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Session Details

​​​​​​​​​​​The use of quality improvement (QI) has led to many advancements in the delivery of health care. But the demand for improvement is increasing and many QI initiatives fail or are not sustainable. To achieve real improvement, the change associated with QI needs to be sustainably adopted into practice. Starting August 17​, 2017, the Institute for Healthcare Improvement (IHI) offers the IHI Virtual Expedition: Highly Adoptable Improvement. Participants of this virtual team-based training will reflect on the current demands for improvement an​d learn strategies to design more adoptable and sustainable quality improvement initiatives and how to apply these new skills within their own organizations. ​

What You'll Learn

​​At the end of this IHI Virtual Expedition, participants will be able to:

  • Analyze why some QI strategies lead to more sustained improvement
  • Utilize tools to develop more sustainably adoptable improvement strategies
  • Use exercises learned in these sessions to engage others in their organization in initiatives to create highly adoptable and sustainable improvement​

IHI is approved for a maximum of 6.5 continuing education credits for physicians and pharmacists.


Session 1: Introduction and Assessing Your Improvement Context
Date: Thursday, August 17, 2017, 12:00 PM – 1:30 PM ET
Session 2: Understanding the Problem Before Trying to Solve It
Date: Thursday, August 31, 2017, 12:00 PM – 1:00 PM ET    
Session 3: Designing Highly Adoptable Improvement
Date: Thursday, September 14, 2017, 12:00 PM – 1:00 PM ET    
Session 4: Understanding and Measuring Improvement Related Workload
Date: Thursday, October 5, 2017, 12:00 PM – 1:00 PM ET      
Session 5: Trialing a Highly Adoptable Improvement Intervention
Date: Thursday, October 26, 2017, 12:00 PM – 1:00 PM ET    
Session 6: Beyond Highly Adoptable Improvement
Date: Thursday, November 2, 2017, 12:00 PM – 1:00 PM ET    ​

Learn more about course Materials & Technology .​​


christopherhayes.jpgChristopher W. Hayes, MD, MSc, MEd, Chief Medical Information Officer, St. Joseph’s Healthcare Hamilton, is also an associate professor in the Division of Critical Care at McMaster University. He works with the Canadian Foundation for Healthcare Improvement as a clinical improvement advisor and lead faculty in the EXTRA program, and as core faculty for the Masters of Science in Quality Improvement and Patient Safety with the Institute for Health Policy, Management and Evaluation at the University of Toronto. He was the 2013-14 Canadian Harkness/IHI Fellow in Health Care Policy and Practice, where he spent a year at IHI researching strategies to improve the success and sustainability of QI initiatives. Previously, Dr. Hayes was Medical Director of Quality and Performance at St. Michael’s Hospital in Toronto and Medical Officer for the Canadian Patient Safety Institute, where he chaired the Canadian Safe Surgery Saves Lives program. He is a recognized leader in patient safety and QI, working with regional, national, and international organizations, and he has received multiple distinctions and awards.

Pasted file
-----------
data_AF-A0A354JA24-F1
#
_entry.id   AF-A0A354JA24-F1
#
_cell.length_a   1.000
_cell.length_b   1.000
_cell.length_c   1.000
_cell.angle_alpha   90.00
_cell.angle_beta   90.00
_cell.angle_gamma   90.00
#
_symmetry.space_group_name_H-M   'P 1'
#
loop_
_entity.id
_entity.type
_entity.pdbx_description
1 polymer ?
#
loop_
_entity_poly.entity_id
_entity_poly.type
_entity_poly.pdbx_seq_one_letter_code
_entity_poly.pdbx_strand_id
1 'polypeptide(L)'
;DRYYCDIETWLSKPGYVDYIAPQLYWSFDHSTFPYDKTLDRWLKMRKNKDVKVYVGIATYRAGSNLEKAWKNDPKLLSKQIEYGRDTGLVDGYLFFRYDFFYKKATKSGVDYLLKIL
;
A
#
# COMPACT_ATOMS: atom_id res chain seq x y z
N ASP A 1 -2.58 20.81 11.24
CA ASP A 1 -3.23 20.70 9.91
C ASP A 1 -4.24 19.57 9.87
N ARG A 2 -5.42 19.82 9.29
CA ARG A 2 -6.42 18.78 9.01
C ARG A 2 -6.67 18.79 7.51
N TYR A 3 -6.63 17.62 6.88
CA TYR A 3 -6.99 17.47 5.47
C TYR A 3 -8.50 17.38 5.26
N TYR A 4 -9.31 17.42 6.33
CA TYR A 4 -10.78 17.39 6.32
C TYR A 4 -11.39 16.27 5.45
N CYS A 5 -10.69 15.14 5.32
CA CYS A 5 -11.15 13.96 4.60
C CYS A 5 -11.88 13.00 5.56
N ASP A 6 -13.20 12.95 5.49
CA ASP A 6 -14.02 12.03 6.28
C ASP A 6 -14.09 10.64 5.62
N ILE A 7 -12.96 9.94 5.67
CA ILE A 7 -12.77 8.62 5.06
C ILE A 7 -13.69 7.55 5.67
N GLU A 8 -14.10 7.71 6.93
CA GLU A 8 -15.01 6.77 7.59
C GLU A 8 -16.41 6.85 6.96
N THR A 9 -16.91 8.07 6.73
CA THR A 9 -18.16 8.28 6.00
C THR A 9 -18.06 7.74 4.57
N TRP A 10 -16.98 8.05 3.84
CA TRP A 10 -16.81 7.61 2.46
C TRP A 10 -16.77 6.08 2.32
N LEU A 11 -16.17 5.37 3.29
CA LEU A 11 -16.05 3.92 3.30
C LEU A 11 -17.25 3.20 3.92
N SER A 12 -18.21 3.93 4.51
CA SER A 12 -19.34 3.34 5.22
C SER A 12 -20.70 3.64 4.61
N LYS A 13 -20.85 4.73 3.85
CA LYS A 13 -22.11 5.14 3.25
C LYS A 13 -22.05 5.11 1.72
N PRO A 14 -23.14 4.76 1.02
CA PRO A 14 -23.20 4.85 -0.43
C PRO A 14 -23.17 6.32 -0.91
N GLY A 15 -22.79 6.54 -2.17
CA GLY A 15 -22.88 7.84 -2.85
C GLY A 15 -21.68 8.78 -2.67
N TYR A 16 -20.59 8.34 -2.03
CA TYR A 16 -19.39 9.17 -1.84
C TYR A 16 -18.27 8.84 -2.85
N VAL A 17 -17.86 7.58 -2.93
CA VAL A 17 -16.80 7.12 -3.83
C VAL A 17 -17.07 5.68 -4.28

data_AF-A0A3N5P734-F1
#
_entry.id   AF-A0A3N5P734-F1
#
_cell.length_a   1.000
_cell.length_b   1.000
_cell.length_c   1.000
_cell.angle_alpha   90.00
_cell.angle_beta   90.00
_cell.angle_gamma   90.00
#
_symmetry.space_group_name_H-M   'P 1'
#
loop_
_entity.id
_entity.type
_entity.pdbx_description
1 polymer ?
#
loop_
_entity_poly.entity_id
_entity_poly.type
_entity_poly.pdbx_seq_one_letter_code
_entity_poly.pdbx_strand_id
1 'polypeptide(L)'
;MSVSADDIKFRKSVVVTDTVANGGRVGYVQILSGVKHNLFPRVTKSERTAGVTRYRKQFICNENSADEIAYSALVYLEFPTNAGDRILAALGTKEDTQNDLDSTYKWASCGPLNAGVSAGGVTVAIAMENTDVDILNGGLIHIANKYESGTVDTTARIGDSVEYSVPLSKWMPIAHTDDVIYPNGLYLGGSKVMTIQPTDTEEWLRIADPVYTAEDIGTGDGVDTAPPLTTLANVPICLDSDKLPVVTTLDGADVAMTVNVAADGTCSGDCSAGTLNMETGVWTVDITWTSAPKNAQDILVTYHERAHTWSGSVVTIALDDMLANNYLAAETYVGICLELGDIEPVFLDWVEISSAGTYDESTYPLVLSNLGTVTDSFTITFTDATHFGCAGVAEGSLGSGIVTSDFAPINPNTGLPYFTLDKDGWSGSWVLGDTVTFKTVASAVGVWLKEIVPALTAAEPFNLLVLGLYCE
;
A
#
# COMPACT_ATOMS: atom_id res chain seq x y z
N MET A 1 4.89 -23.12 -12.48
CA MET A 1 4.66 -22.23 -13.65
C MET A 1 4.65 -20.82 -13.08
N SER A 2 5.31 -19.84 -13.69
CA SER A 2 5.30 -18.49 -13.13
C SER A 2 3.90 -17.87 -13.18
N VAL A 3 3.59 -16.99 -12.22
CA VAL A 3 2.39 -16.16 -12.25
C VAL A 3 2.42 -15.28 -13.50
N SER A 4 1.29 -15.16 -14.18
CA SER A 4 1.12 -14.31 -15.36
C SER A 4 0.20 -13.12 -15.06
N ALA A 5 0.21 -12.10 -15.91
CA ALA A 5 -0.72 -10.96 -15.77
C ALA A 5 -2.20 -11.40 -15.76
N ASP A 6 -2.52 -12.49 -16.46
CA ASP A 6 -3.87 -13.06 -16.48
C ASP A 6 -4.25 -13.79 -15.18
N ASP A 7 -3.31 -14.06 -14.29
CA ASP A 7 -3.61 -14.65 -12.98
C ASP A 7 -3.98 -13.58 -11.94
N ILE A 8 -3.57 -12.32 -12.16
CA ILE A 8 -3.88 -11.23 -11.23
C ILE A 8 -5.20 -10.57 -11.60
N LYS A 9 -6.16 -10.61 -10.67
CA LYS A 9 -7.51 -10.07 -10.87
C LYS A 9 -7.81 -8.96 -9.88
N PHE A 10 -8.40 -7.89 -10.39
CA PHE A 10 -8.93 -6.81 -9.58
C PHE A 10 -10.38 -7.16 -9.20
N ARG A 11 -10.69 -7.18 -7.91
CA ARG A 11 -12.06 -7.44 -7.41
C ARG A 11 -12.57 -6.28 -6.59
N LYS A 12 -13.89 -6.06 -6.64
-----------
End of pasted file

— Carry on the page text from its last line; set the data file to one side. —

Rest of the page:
frankfedericoa.jpgFrank Federico, RPh, Vice President, Institute for Healthcare Improvement (IHI), works in the areas of patient safety, application of reliability principles in health care, preventing surgical complications, and improving perinatal care. He is faculty for the IHI Patient Safety Executive Training Program and co-chaired a number of Patient Safety Collaboratives. Prior to joining IHI, Mr. Federico was the Program Director of the Office Practice Evaluation Program and a Loss Prevention/Patient Safety Specialists at Risk Management Foundation of the Harvard Affiliated Institutions, and Director of Pharmacy at Children's Hospital, Boston. He has authored numerous patient safety articles, co-authored a book chapter in Achieving Safe and Reliable Healthcare: Strategies and Solutions, and is an Executive Producer of "First, Do No Harm, Part 2: Taking the Lead." Mr. Federico serves as Vice Chair of the National Coordinating Council for Medication Error Reporting and Prevention (NCC-MERP). He coaches teams and lectures extensively, nationally and internationally, on patient safety.